It is usually a good idea to give meaningful names to widgets in case you want to connect their signals to slots in other components, or refer to the widgets by name in your application.

The Property Editor

All designable widget properties can be edited in the Property Editor window.

The properties can be edited by using the controls provided; the type of control supplied for each property depends on the type of data it contains. Any changes made to the widget's properties cause it to be updated immediately.

Once all the widgets are in position, they need to be placed into one or more layouts. Layouts ensure that the widgets are the correct size, and are correctly positioned on the form. This means that when the form is resized, layouts will automatically shrink or enlarge its widgets accordingly.

Creating a Layout

In Qt, widget positions and sizes are organized by layout managers. Before a form can be used, it is necessary to put each of the widgets into layouts, and then set the form's overall layout. Qt Designer provides all the standard types of layout, making it simple to experiment with different ways of arranging components.

At any point during editing, we can experiment with the layout of widgets on the form by selecting a group of objects and applying a layout to them. Any of the standard Qt layouts (horizontal, vertical, grid, and form) can be used. To apply a layout to a selection of objects, click the appropriate icon in Qt Designer's tool bar, or select the layout from the form's context menu.

We begin laying out our RGB Controller widget by putting all the labels along with their associated spin boxes and sliders into a Grid Layout. This layout divides available space into rows and columns and puts widgets into its cells.

Placing Widgets in Layouts

The widgets are placed in the layout using as little space as possible.

We will examine the use of layouts in more detail in Widget Editing Mode.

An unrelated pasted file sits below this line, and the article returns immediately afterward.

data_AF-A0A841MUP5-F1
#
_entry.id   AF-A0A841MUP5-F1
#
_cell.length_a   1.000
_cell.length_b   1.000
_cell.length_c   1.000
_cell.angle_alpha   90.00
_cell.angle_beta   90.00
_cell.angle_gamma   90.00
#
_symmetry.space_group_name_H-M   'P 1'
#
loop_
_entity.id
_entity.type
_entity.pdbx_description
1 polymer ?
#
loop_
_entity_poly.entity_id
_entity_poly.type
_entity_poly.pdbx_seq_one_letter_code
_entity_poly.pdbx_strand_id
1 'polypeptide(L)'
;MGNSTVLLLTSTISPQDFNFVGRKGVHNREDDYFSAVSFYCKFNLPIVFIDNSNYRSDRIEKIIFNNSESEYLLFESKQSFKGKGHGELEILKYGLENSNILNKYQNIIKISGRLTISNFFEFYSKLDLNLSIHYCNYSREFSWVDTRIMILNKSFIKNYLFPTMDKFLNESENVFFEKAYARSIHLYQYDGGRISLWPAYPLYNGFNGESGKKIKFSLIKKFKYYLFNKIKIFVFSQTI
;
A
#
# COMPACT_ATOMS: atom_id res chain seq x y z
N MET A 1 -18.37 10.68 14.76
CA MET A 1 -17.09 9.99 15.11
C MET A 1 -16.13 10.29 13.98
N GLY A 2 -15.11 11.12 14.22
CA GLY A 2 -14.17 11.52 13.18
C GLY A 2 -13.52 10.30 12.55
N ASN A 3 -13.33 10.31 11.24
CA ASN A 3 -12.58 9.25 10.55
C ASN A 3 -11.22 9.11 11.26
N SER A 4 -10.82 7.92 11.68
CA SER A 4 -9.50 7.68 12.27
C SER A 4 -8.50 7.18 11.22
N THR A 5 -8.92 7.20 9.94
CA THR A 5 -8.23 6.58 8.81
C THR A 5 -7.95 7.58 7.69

The property editor can also be used to change the appearance of layouts on the form. To access the properties of a layout, we click inside the layout, taking care not to click any of the widgets. The layoutLeftMargin, layoutTopMargin, layoutRightMargin and layoutBottomMargin properties control the thickness of the margin around the edges of the layout, and layoutSpacing determines the space between widgets. If the selected layout is of grid or form type we can alter horizontal and vertical spacing independently using layoutHorizontalSpacing and layoutVerticalSpacing properties. By default, layout margins and spacings are not marked as changed. In that case while using the component in a real application, the values of those properties can differ from those used in Qt Designer and will depend on the application's QStyle.

We can create more complex layouts by selecting the layouts and placing them into other layouts. But, in our example, we really only need a top-level vertical layout to ensure that the dialog will appear correctly. To do this, we click the form to ensure that no objects are selected and then apply the vertical layout. The form may now be larger than necessary, but we can resize it to make it smaller.

Once all the objects on the form have been placed in layouts, we can concentrate on connecting them together using Qt's signals and slots mechanism.

Configuring Connections

Objects on the form can be connected together using their signals and slots, making it unnecessary to write code in your application to connect many standard widgets together. In addition, Qt Designer's signal and slot editor provides a visual representation of the signal and slot connections in the form that can help other developers understand how the final component will behave.

We will show how to configure a connection by connecting the valueChanged() signal of the spin box to its corresponding slider's setValue() slot.

We switch to signals and slots editing mode by opening the Edit menu and selecting Edit Signals/Slots. The objects in the form will now become highlighted as the cursor passes over them.

Connecting Widgets

To connect the spin box to the slider, we click on the spin box and drag the cursor toward the slider; a line extends from the spin box to the slider.

When the cursor is over the slider, we release the mouse button to complete the connection, and a dialog opens to allow us to choose compatible signals and slots. Since the valueChanged() signal and the setValue() slot have compatible signatures, we can use them together to update the slider whenever the value in the spin box changes. To try this out, we can open a preview of the widget by pressing Ctrl+R or by opening the Form menu and selecting Preview.

For a reverse connection - updating the spin box when the slider handle is moved, we have to connect the valueChanged() signal to the setValue() slot. This ensure that both widgets update each other's values when either of their value changes.

Previewing a Form

When you preview a form, it appears just as it would in your application. You can resize it to see how the layouts used to manage the child widgets respond to different window sizes, and use this information to fine tune the form's design.